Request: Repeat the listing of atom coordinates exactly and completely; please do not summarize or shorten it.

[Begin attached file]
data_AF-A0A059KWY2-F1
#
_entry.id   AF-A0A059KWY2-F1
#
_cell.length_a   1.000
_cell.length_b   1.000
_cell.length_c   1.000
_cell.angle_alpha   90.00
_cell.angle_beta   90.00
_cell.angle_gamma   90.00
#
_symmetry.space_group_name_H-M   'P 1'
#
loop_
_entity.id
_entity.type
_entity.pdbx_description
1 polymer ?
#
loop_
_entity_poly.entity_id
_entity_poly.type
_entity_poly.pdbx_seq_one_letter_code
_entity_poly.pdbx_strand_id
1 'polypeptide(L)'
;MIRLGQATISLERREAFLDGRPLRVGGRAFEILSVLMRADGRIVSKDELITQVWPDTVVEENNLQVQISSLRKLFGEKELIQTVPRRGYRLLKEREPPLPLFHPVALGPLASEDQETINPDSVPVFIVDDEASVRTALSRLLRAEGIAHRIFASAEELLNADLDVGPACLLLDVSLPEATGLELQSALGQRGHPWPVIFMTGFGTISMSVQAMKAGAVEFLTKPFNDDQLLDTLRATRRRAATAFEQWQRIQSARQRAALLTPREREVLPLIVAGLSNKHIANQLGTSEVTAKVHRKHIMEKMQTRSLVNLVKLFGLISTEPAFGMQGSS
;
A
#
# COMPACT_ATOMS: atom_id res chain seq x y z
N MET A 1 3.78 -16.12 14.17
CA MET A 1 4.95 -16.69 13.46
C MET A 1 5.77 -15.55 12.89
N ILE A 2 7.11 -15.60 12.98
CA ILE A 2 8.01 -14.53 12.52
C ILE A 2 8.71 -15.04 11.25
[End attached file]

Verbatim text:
data_AF-A0A059KWY2-F1
#
_entry.id   AF-A0A059KWY2-F1
#
_cell.length_a   1.000
_cell.length_b   1.000
_cell.length_c   1.000
_cell.angle_alpha   90.00
_cell.angle_beta   90.00
_cell.angle_gamma   90.00
#
_symmetry.space_group_name_H-M   'P 1'
#
loop_
_entity.id
_entity.type
_entity.pdbx_description
1 polymer ?
#
loop_
_entity_poly.entity_id
_entity_poly.type
_entity_poly.pdbx_seq_one_letter_code
_entity_poly.pdbx_strand_id
1 'polypeptide(L)'
;MIRLGQATISLERREAFLDGRPLRVGGRAFEILSVLMRADGRIVSKDELITQVWPDTVVEENNLQVQISSLRKLFGEKELIQTVPRRGYRLLKEREPPLPLFHPVALGPLASEDQETINPDSVPVFIVDDEASVRTALSRLLRAEGIAHRIFASAEELLNADLDVGPACLLLDVSLPEATGLELQSALGQRGHPWPVIFMTGFGTISMSVQAMKAGAVEFLTKPFNDDQLLDTLRATRRRAATAFEQWQRIQSARQRAALLTPREREVLPLIVAGLSNKHIANQLGTSEVTAKVHRKHIMEKMQTRSLVNLVKLFGLISTEPAFGMQGSS
;
A
#
# COMPACT_ATOMS: atom_id res chain seq x y z
N MET A 1 3.78 -16.12 14.17
CA MET A 1 4.95 -16.69 13.46
C MET A 1 5.77 -15.55 12.89
N ILE A 2 7.11 -15.60 12.98
CA ILE A 2 8.01 -14.53 12.52
C ILE A 2 8.71 -15.04 11.25